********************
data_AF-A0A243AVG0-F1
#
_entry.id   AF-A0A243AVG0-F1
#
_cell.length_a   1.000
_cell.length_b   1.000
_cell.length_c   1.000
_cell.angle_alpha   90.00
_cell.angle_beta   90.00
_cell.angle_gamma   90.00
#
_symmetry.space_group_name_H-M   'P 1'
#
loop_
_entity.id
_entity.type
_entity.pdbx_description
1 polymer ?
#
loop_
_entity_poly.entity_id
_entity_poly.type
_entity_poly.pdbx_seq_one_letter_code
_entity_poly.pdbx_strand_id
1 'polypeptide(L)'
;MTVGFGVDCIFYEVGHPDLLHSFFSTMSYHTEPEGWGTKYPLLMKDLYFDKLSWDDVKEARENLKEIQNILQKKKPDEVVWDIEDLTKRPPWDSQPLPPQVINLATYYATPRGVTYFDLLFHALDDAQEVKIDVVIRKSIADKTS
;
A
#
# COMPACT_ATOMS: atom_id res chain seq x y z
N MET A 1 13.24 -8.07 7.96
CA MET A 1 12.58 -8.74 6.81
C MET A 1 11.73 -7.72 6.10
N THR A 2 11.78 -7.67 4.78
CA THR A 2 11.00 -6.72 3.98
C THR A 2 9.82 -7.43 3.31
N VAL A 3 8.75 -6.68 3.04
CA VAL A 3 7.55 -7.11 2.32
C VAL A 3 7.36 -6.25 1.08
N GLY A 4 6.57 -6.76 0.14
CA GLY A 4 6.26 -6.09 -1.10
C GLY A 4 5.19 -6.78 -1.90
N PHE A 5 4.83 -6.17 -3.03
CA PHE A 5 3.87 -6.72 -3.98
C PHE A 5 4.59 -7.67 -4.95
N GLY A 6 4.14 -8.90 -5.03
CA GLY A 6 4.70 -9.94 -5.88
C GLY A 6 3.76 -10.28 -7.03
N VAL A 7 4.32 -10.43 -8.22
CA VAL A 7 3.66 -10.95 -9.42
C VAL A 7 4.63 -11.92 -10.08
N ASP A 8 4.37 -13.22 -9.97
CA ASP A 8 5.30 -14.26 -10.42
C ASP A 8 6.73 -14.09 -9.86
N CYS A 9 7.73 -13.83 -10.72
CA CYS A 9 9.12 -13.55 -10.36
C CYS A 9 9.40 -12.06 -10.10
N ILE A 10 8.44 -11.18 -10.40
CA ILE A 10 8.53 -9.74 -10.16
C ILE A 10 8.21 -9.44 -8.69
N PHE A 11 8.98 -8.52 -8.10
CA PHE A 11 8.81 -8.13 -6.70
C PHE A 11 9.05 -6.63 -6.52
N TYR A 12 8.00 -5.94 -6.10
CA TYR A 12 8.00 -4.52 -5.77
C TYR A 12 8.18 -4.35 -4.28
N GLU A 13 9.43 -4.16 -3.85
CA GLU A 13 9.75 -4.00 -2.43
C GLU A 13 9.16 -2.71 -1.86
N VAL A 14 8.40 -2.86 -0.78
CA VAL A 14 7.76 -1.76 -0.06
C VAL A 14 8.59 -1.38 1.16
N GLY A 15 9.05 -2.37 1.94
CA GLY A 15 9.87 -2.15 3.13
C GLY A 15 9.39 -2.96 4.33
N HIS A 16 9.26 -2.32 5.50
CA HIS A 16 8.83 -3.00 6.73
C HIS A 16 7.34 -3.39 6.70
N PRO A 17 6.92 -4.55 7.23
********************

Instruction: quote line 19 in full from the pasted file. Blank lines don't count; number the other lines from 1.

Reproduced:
#